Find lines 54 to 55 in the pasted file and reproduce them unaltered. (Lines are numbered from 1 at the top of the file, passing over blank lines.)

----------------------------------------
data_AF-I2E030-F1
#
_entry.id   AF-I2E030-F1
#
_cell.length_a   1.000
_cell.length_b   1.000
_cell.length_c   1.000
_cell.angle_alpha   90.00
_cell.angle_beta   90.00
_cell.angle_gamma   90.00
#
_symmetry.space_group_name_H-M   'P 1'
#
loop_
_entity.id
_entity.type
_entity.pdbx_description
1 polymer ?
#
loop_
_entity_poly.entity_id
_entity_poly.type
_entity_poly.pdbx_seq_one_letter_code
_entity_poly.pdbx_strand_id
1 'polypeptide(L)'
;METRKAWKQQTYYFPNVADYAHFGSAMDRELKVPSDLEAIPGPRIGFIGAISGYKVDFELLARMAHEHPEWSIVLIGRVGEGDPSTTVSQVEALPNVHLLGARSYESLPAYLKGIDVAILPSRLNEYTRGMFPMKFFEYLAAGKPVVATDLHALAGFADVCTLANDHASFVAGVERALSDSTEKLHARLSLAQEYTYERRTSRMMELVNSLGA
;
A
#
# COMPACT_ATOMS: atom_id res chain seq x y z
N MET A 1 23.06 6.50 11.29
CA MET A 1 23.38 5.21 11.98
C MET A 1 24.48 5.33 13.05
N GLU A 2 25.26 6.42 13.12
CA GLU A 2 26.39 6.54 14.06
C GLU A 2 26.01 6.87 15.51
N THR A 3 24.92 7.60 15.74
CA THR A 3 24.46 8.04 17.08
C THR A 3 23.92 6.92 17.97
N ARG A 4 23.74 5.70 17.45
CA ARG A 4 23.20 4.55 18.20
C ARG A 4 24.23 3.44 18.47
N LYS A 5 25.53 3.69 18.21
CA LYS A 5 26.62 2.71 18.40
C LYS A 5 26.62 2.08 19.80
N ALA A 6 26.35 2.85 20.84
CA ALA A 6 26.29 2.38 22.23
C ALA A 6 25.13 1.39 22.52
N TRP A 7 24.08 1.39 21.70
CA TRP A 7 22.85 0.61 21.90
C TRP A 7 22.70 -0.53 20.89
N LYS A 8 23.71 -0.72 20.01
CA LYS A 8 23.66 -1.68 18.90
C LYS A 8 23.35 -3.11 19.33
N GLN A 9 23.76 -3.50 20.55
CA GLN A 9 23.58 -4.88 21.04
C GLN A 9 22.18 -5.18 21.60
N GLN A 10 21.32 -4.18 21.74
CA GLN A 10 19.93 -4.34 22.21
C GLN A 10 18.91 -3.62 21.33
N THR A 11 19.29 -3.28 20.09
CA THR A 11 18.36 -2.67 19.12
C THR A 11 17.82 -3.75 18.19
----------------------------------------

C LYS A 8 23.35 -3.11 19.33
N GLN A 9 23.76 -3.50 20.55